"Piety, kitsch, self-importance, sentimentalism - these deadly literary sins seem to thrive on good clean country air," writes William Finnegan in his foreword to William Gruber's book, On All Sides Nowhere. Finnegan hails Gruber for avoiding these sins in his memoir of life in northern Idaho.
In 1972, Gruber and his wife moved from
Philadelphia to Alder Creek, "an area sparsely settled even for
Idaho," seeking "ascetic isolation from the press of human
culture." Instead, in his quest for backcountry solitude, the
author gains a sense of community, and learns survival skills
ranging from backwoods logging to car
Gruber lauds the ingenuity, frugality and
endurance of his wry and wily neighbors, and writes proudly of
their acceptance of him and his wife. As years pass, the author
gains his own set of backwoods sensibilities, and defends shooting
grizzlies and "wildcat logging" - the removal of downed timber from
lands owned by timber companies, railroads and the government.
Although Gruber is busy earning his graduate degree at the
University of Idaho, and later a doctorate from Washington State,
he learns more at home at Alder Creek and in the woods than he does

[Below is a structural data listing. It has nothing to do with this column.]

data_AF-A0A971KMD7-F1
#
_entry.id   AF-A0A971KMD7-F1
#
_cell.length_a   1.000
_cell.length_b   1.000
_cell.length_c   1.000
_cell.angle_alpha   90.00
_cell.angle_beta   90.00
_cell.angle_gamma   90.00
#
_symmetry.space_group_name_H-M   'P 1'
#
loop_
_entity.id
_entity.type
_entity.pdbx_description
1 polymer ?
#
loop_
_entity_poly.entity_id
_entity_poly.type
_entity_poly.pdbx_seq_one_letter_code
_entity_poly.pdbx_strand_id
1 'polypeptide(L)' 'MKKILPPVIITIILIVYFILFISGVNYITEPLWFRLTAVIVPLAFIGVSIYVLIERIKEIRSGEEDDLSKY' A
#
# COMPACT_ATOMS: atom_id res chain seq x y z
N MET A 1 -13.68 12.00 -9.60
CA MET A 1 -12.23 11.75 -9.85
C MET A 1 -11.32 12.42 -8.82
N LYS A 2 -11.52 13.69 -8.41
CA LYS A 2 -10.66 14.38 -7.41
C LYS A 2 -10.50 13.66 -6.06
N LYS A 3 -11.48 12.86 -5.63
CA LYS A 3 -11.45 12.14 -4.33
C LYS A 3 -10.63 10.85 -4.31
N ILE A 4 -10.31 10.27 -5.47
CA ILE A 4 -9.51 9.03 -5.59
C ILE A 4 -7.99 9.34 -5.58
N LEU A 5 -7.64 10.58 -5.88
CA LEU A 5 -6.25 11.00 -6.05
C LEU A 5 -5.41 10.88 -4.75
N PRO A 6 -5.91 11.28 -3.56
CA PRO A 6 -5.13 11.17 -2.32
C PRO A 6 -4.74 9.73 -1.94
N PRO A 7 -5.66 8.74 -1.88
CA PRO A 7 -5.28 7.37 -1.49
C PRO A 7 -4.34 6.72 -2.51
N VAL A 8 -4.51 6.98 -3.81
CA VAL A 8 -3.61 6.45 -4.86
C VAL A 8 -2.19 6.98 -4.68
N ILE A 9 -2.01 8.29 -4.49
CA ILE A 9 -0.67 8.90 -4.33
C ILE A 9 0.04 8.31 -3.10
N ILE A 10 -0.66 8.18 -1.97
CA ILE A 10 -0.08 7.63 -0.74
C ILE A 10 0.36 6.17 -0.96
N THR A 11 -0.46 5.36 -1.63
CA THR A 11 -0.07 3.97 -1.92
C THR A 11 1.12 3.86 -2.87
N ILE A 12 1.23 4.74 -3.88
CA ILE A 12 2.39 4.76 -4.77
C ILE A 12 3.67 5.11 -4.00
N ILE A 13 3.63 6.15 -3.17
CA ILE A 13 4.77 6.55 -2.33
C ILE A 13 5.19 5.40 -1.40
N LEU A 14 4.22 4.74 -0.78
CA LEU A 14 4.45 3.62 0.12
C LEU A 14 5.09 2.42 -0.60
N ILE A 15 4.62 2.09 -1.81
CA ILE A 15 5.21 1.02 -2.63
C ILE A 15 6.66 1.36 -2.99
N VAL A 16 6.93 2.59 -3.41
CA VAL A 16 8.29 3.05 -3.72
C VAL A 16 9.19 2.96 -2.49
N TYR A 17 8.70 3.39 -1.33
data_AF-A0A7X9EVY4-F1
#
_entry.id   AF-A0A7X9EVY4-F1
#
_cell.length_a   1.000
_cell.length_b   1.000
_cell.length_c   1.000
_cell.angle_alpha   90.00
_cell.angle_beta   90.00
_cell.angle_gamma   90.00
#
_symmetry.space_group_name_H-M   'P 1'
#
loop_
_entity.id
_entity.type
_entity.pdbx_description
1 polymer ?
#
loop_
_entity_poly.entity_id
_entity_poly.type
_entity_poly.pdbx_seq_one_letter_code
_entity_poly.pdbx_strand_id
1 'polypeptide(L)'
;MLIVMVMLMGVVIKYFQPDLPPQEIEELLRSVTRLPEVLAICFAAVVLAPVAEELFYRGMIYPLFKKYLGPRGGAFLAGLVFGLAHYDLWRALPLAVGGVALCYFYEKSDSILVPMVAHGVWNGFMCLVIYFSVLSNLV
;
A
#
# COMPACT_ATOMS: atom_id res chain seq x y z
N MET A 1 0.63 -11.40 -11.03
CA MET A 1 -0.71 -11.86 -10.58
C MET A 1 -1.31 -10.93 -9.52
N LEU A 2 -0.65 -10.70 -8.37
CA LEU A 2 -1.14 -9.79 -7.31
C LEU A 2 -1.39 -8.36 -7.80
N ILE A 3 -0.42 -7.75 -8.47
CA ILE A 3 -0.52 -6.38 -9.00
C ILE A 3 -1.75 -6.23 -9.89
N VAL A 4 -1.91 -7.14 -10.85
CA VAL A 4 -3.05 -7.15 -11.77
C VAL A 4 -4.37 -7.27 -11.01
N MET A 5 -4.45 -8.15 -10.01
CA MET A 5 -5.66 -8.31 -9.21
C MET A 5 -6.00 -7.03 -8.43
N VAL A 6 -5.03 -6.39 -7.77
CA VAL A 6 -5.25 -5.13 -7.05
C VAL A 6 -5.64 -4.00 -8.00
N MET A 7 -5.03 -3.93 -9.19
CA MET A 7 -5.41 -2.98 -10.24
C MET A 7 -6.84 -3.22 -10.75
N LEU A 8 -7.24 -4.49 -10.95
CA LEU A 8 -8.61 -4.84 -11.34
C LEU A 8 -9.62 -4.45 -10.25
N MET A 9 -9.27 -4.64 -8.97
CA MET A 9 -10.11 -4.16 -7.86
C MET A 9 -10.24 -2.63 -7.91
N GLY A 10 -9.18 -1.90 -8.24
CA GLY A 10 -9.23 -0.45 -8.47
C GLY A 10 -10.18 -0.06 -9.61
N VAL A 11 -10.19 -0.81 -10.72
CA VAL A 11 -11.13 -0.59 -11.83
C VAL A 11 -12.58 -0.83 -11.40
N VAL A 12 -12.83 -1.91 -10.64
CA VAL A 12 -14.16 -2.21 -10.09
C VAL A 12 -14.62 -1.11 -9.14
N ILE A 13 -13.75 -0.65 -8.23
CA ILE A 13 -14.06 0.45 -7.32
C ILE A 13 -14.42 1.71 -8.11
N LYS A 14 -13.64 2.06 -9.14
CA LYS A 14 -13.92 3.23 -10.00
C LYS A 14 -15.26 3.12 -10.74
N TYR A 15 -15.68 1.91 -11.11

in lecture halls.
After seven years, Gruber, his
wife and their two daughters - both born in Idaho - leave when he
is offered a teaching position at a college in Illinois. While he
does not sell his cabin, Gruber's relationship with Alder Creek and
Idaho diminishes, and he and his family are demoted to "summer
But even if Gruber's life and stories
from Alder Creek stand above kitsch and sentimentalism, his book is
still a self-proclaimed "love song." Alder Creek infects Gruber,
and he reminisces of "a Western environment that was in some ways
more cinematic than actual." Despite full immersion in the naked
elements of a backwoods life, Western romance still colors his
thoughts and life.
On All Sides
Nowhere, William Gruber. Houghton Mifflin Company,
Mariner Books, New York, N.Y., 2002. Softcover: $12. 126 pages.
Winner, Bakeless Prize, Bread Loaf Writers'
A slap of Western reality
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